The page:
Circa 1880.




Mahogany and Gilt-Bronze



ميزون بوردلي
Portrait of Emmanuel-Alfred (dit Alfred II) Beurdeley (1847-1919)

Emmanuel-Alfred (dit Alfred II) Beurdeley (1847-1919)

The Beurdeley family were a flourishing dynasty of three generations of fine quality cabinetmakers working from 1818 to 1895. The firm was particularly well known for its exceptional metalwork, most commonly basing their designs on important eighteenth century examples. Their mercurial gilding and hand chasing are often of such a high standard that it is difficult to distinguish them from late eighteenth century work.

The founder of the dynasty Jean Beurdeley (1772-1853) was a Burgundian craftsman conscripted into the Napoleonic army. After hostilities ended in 1815 he settled in Paris opening a shop for curiosités and working as a latter day marchand mercier. Initially based on the rue Saint-Honoré, in 1840 Beurdeley moved to the famous Hanover Pavilion situated on the corner of rue Louis-Legrand and boulevard des Italiens, and the business was run by his only surviving son, Louis-Auguste-Alfred (dit Alfred I) Beurdeley (1808-1882). This successful business, which had numerous official commissions including in 1853 the marriage coffer for the Empress Eugénie, was continued by Alfred I’s son, Emmanuel-Alfred (dit Alfred II) Beurdeley (1847-1919).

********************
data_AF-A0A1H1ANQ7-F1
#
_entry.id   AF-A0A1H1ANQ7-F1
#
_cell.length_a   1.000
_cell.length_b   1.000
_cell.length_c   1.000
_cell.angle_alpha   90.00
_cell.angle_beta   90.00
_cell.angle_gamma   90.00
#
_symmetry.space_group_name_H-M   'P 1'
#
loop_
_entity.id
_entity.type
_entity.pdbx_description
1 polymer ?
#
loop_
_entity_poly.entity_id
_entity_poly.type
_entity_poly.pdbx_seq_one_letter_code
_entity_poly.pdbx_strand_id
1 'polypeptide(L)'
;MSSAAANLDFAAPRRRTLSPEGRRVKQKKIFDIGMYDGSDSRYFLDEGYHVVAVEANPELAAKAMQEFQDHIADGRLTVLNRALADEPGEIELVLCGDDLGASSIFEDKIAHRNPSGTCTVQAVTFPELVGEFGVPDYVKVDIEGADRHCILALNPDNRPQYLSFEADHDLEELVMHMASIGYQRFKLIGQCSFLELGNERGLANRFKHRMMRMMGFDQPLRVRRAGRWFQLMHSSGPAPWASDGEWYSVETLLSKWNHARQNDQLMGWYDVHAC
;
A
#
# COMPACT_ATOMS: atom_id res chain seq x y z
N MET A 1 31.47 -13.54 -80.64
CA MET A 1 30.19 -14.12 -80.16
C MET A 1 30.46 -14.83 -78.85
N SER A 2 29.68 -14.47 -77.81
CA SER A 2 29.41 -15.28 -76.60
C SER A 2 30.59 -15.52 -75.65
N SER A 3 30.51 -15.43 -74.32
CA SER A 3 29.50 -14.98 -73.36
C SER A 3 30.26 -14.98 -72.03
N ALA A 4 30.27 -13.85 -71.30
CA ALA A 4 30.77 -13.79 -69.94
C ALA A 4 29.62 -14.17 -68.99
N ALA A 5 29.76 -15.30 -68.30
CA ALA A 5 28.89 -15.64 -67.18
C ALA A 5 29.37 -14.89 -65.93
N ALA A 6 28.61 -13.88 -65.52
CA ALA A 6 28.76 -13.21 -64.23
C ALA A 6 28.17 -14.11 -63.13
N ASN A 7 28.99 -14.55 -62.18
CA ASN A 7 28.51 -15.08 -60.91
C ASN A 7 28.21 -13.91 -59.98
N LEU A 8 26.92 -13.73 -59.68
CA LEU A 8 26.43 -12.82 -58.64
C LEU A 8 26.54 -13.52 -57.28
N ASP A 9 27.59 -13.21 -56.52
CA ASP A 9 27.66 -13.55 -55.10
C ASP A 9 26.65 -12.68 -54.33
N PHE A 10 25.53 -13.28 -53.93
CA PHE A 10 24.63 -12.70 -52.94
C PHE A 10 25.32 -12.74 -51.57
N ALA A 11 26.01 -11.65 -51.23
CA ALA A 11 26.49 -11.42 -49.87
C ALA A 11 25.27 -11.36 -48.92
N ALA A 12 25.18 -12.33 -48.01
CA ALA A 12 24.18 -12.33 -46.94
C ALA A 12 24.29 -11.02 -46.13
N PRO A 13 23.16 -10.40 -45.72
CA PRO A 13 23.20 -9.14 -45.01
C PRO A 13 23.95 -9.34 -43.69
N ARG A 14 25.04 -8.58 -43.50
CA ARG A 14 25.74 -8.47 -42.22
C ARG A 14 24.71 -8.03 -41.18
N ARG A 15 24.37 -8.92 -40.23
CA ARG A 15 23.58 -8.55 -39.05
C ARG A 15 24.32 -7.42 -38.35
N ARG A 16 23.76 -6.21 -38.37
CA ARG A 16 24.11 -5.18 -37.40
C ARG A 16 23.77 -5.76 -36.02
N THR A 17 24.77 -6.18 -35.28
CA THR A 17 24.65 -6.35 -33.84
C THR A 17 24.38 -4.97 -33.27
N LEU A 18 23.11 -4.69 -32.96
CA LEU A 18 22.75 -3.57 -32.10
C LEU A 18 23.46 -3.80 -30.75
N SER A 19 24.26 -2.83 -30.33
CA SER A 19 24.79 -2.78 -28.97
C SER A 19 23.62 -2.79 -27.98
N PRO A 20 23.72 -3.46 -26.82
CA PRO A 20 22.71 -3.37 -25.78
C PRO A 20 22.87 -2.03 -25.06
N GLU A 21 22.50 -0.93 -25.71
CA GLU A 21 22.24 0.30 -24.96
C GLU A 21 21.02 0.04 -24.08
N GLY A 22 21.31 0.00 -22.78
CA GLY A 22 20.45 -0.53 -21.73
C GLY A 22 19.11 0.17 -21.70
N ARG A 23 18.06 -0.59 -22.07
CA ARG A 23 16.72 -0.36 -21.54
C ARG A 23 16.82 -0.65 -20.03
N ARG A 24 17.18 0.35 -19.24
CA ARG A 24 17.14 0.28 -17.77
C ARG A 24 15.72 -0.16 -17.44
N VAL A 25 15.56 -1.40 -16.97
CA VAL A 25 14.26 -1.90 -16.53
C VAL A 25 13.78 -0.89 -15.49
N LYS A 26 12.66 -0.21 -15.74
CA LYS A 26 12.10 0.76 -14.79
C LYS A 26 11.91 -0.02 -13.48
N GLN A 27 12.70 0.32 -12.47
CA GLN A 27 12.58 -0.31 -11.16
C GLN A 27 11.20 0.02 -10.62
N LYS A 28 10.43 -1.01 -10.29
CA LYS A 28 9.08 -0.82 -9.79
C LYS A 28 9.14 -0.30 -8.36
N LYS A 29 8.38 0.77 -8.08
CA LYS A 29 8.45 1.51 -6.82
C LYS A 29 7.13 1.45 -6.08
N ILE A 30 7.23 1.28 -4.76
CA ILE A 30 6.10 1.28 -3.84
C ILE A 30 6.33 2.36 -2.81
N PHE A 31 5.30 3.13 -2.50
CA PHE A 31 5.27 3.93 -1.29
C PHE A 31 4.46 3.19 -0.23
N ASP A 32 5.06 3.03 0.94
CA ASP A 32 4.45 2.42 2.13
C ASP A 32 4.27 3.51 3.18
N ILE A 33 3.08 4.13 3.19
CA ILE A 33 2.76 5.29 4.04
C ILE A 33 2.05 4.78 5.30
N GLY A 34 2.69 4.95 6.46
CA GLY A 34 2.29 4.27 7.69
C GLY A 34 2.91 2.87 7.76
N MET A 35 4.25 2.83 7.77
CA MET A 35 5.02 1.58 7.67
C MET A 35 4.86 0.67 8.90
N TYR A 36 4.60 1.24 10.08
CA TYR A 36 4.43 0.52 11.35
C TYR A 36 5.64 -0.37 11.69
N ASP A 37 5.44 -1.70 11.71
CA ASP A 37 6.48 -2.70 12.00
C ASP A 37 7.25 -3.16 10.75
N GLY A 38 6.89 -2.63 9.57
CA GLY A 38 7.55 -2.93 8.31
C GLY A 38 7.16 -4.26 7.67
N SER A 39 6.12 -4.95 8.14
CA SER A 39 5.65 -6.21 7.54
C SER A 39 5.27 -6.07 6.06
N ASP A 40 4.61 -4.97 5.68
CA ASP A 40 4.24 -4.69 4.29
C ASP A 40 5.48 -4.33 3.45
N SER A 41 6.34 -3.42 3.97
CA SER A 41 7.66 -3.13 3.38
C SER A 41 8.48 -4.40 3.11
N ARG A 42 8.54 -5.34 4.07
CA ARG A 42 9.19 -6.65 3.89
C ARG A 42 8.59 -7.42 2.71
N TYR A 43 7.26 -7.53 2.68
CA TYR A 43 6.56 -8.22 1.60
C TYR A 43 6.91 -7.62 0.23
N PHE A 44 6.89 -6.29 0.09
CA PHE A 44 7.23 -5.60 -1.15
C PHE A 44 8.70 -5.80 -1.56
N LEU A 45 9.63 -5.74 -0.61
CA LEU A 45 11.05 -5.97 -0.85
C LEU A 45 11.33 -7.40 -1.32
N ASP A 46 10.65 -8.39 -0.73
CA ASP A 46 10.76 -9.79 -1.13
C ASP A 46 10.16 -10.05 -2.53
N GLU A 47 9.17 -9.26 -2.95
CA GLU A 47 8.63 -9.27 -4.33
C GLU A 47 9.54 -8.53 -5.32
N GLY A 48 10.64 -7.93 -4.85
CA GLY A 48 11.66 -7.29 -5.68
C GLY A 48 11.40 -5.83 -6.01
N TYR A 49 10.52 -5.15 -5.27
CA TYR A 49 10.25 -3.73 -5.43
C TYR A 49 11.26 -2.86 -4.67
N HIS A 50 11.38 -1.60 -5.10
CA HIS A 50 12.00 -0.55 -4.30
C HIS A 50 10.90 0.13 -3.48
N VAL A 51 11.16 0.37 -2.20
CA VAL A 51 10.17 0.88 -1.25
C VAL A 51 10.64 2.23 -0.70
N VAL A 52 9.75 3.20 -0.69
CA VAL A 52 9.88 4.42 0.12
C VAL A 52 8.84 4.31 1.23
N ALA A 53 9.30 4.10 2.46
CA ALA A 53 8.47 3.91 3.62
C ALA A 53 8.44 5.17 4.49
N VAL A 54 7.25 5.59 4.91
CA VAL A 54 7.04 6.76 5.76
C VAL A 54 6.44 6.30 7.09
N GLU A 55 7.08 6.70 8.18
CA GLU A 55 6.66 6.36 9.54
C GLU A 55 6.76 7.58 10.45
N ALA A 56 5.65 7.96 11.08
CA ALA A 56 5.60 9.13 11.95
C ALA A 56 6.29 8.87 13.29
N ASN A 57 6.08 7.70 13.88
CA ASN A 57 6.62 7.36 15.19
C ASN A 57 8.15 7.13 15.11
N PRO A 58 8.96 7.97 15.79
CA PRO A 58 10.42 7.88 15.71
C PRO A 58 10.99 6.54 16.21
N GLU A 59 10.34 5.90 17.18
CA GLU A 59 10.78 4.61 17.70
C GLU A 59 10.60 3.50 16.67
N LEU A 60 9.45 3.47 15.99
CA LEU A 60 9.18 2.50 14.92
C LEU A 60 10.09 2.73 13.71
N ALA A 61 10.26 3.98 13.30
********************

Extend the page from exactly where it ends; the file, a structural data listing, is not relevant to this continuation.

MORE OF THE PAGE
The success and reputation of the firm continued under Alfred II who took over from his father in 1875 and won a gold medal at the 1878 Paris Exposition Universelle. Following on from this glory, he went on to open a shop in New York. His participation in the 1883 Amsterdam Universal Exhibition drew even further attention to his work, and possibly as a result he was awarded the Ordre National de la Légion d’Honneur, France’s highest official mark of recognition. Beurdeley’s most magnificent display was at the Chicago World’s Fair of 1893 when they advertised themselves as ‘makers of furniture and decorative bronzes in the antique styles’ from ‘French Historic Castles’. Centerstage, surrounded by an impressive selection of wares was Beurdeley’s magnificent replica of the ‘Bureau du Roi’, perhaps the most famous piece of furniture ever made.

Beurdeley received substantial commissions for the American titans of the Gilded Age and his increasing popularity with America’s industrialists was underscored by his participation in the Chicago World’s Fair. Beurdeley supplied various objects and furnishings for the renovation of The Cornelius Vanderbilt II Mansion, described as an ‘early French Renaissance style château’, at the northwest corner of West 57th Street and 5th Avenue in New York, including a bronze-mounted marble fire surround which had been exhibited in Chicago. Probably under the direction of interior decorator Jules Allard & Fils, Beurdeley executed numerous bronze and marble objects for Cornelius Vanderbilt’s Newport ‘cottage’, The Breakers (see in C. Mestdagh, op. cit., pp. 128-123).